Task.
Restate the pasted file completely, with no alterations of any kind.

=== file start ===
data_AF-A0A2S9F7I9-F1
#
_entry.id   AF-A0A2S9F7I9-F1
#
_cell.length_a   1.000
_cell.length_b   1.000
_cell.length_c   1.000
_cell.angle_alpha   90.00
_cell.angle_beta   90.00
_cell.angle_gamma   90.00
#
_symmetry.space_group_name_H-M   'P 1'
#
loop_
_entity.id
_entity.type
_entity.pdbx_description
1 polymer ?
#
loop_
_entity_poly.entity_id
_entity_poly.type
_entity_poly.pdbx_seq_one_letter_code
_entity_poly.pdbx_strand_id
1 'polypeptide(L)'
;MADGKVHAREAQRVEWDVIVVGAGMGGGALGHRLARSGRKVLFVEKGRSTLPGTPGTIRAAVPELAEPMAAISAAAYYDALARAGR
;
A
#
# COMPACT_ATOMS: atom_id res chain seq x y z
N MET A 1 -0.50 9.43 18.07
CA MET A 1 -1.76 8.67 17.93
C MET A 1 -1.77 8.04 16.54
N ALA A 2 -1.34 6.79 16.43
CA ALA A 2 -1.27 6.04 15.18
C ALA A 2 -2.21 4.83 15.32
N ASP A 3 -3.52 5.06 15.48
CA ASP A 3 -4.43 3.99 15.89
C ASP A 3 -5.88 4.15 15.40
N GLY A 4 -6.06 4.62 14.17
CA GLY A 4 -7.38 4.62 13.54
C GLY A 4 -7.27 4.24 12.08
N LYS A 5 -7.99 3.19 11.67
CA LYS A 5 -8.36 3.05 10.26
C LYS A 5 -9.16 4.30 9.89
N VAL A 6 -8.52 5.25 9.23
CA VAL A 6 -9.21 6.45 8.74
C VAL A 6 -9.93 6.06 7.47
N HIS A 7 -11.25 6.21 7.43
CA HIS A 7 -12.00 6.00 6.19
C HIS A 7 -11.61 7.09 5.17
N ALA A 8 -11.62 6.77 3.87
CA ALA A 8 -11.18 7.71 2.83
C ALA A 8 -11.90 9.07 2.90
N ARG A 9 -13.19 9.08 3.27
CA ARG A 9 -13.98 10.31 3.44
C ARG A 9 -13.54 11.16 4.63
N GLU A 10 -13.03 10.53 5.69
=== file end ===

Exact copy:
data_AF-A0A2S9F7I9-F1
#
_entry.id   AF-A0A2S9F7I9-F1
#
_cell.length_a   1.000
_cell.length_b   1.000
_cell.length_c   1.000
_cell.angle_alpha   90.00
_cell.angle_beta   90.00
_cell.angle_gamma   90.00
#
_symmetry.space_group_name_H-M   'P 1'
#
loop_
_entity.id
_entity.type
_entity.pdbx_description
1 polymer ?
#
loop_
_entity_poly.entity_id
_entity_poly.type
_entity_poly.pdbx_seq_one_letter_code
_entity_poly.pdbx_strand_id
1 'polypeptide(L)'
;MADGKVHAREAQRVEWDVIVVGAGMGGGALGHRLARSGRKVLFVEKGRSTLPGTPGTIRAAVPELAEPMAAISAAAYYDALARAGR
;
A
#
# COMPACT_ATOMS: atom_id res chain seq x y z
N MET A 1 -0.50 9.43 18.07
CA MET A 1 -1.76 8.67 17.93
C MET A 1 -1.77 8.04 16.54
N ALA A 2 -1.34 6.79 16.43
CA ALA A 2 -1.27 6.04 15.18
C ALA A 2 -2.21 4.83 15.32
N ASP A 3 -3.52 5.06 15.48
CA ASP A 3 -4.43 3.99 15.89
C ASP A 3 -5.88 4.15 15.40
N GLY A 4 -6.06 4.62 14.17
CA GLY A 4 -7.38 4.62 13.54
C GLY A 4 -7.27 4.24 12.08
N LYS A 5 -7.99 3.19 11.67
CA LYS A 5 -8.36 3.05 10.26
C LYS A 5 -9.16 4.30 9.89
N VAL A 6 -8.52 5.25 9.23
CA VAL A 6 -9.21 6.45 8.74
C VAL A 6 -9.93 6.06 7.47
N HIS A 7 -11.25 6.21 7.43
CA HIS A 7 -12.00 6.00 6.19
C HIS A 7 -11.61 7.09 5.17
N ALA A 8 -11.62 6.77 3.87
CA ALA A 8 -11.18 7.71 2.83
C ALA A 8 -11.90 9.07 2.90
N ARG A 9 -13.19 9.08 3.27
CA ARG A 9 -13.98 10.31 3.44
C ARG A 9 -13.54 11.16 4.63
N GLU A 10 -13.03 10.53 5.69